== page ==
Sunday, March 12, 2006

Heart Cake

I make this lovely cake about once a year. The first time was for Valentine's Day several years ago. Last time, it was to celebrate a recent wedding. This time for a wedding shower. It isn't hard to make if you are patient with a lot of steps. It's very small (6" pan), but it's rich enough that it can easily serve 12 or more. The cake itself is very moist, almost wet. There are only four tablespoons of flour in it. The leavening is whipped eggs whites that are folded into the chocolate mixture. The original recipe calls for amaretto in the buttercream filling, but Gary prefers Grand Marnier or Cointreau, and so I make that substitution a lot. That was the bride's preference this time, too. It was a little too warm when I served it at the party. The buttercream slices prettier when it is cool, like this. It's glazed with chocolate, cream and butter that is poured over the top and sets quite nicely.

Cherry Cheesecake Triangles

I clipped this recipe from a magazine many years ago and have made it over and over again. This time I accidentally overcooked it a little. Don't do that.

Cherry Cheesecake Triangles
1 1/2 cups graham cracker crumbs
6 T. butter, melted
2 T. sugar
12 oz cream cheese, softened
1/2 cup sugar
1 1/2 tsp. vanilla extract
2 eggs
1 cup cherry pie filling

Preheat oven to 350 degrees. Line a 9" x 9" pan with foil; spray the foil with nonstick spray.

In a bowl, use a fork to stir together the graham cracker crumbs, sugar and melted butter. Pour the mixture into the pan and press it evenly to form a crust. (I've found that the best way to do this is to lay a sheet of wax paper over the crumbs and use a small juice glass to mash the crumbs into place. Remove the wax paper. ) Bake 8-10 minutes. Cool completely in pan on a wire rack.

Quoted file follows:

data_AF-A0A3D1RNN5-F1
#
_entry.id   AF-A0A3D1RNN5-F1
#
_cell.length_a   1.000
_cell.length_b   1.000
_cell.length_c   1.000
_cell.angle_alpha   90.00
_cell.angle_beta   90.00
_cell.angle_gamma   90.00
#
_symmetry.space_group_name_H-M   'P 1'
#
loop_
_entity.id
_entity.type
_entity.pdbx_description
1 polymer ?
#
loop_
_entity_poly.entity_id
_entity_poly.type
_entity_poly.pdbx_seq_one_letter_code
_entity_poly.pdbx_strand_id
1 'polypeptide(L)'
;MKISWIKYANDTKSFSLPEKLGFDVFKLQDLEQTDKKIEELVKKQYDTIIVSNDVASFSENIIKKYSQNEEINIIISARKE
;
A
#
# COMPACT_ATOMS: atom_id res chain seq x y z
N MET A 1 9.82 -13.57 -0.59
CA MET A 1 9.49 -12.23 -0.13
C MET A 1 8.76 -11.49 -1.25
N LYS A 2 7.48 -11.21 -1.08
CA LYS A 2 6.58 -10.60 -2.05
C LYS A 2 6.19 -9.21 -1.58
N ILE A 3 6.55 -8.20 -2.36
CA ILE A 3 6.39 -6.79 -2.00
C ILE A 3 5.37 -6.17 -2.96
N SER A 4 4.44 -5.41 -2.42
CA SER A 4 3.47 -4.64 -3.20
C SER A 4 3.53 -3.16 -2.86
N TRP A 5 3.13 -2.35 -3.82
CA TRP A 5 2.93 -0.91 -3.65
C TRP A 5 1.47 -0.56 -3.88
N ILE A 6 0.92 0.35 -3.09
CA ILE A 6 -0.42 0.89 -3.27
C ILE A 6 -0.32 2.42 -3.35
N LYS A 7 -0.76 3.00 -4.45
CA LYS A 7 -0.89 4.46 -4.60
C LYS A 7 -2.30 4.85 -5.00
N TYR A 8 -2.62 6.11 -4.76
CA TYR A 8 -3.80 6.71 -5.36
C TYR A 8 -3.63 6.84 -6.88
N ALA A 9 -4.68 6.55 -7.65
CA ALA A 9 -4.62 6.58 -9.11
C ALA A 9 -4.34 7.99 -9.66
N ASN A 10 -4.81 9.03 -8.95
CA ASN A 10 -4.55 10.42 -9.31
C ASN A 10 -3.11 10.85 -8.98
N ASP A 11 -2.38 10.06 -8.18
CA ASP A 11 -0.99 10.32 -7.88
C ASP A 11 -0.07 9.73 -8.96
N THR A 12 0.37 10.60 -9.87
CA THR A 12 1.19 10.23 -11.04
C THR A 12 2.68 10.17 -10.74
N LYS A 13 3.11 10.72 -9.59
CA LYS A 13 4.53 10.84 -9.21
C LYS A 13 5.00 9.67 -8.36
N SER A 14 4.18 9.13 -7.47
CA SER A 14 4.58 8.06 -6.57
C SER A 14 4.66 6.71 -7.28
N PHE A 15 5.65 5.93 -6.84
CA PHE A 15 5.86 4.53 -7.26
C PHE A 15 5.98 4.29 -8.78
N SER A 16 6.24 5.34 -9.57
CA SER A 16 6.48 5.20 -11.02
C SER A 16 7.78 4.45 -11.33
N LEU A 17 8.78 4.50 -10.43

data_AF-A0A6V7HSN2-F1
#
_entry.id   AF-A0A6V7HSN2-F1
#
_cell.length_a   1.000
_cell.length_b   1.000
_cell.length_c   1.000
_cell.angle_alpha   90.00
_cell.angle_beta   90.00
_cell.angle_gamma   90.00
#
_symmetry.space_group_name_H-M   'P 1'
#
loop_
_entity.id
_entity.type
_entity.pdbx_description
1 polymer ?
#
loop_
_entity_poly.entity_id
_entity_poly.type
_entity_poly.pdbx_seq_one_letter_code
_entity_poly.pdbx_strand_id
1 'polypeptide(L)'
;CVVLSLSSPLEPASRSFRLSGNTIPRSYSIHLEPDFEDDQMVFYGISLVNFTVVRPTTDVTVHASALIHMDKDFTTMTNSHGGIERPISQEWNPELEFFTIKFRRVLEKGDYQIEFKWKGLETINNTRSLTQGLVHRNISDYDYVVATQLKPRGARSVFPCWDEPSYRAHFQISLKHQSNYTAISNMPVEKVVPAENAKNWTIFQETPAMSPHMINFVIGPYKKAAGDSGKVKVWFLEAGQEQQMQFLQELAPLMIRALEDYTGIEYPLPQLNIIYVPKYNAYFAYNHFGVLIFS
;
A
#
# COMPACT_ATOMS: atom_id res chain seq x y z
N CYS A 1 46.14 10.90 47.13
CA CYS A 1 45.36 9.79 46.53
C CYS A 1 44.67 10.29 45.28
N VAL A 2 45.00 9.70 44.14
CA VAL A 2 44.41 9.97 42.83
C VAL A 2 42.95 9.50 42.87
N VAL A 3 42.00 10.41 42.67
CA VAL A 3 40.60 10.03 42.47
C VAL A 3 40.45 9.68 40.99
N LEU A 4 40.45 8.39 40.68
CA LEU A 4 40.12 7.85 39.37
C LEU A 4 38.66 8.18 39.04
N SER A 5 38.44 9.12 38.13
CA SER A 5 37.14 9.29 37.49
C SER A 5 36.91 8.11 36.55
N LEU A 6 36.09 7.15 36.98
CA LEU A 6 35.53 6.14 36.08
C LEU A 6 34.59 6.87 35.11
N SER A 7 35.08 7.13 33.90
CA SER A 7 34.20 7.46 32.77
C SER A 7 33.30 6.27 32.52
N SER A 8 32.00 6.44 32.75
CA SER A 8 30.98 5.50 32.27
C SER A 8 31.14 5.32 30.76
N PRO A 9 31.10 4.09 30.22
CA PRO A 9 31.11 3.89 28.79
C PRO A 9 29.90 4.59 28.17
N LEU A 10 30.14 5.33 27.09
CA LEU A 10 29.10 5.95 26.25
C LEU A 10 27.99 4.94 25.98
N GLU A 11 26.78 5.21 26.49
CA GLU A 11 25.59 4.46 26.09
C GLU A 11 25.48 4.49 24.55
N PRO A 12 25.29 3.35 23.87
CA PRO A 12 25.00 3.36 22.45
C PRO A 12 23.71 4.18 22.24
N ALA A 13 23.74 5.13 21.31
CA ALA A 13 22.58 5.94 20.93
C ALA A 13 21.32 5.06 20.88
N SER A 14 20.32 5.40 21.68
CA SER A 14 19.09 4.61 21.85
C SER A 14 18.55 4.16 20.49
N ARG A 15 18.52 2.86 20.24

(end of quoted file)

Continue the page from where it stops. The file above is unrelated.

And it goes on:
In a medium bowl, beat the cream cheese until smooth. Gradually beat in the sugar. Add the vanilla and eggs and beat just until blended. Pour the cream cheese mixture over the cooled crust. Spoon dollops of cherry pie filling on top. Drag the tip of a knife through the dollops, cutting and twisting to make a marble design.

Bake for 40-45 minutes, until a toothpick inserted in the center comes out almost clean. Cool completely in the pan on a wire rack. Refrigerate at least an hour, or until ready to serve.

When cold, transfer the cheesecake on the foil to a cutting board. Cut in half, then cut each half in half, giving you four squares. Cut each square diagonally into quarters.

Wednesday, March 01, 2006

Irresistible Oatmeal Cookies

Another baking day. I know, I know. I said I would stop. And I will. Soon.

I'm really enjoying this Small Batch Baking book. I like knowing there aren't four dozen cookies sitting around. Plus it's fast because you don't have to fool with pan after pan after pan. Usually after the second or third pan, I'm tired of making cookies. This whole experiment took less than an hour.

The recipe says to form 8 equal-size mounds, but I decided to make mine half-sized and watch the cooking time closely. I'm not as good at describing cookie texture as Anna is, but I would say that these are a cross between cakey and chewy. They look cakier than they are. The vanilla and cinnamon come through very well. I like them. I think I will make them again with white chocolate chips and dried cherries.

I think I'll leave a couple out for Gary and freeze the rest. Just in case Wally and friends ever drop by on their bikes.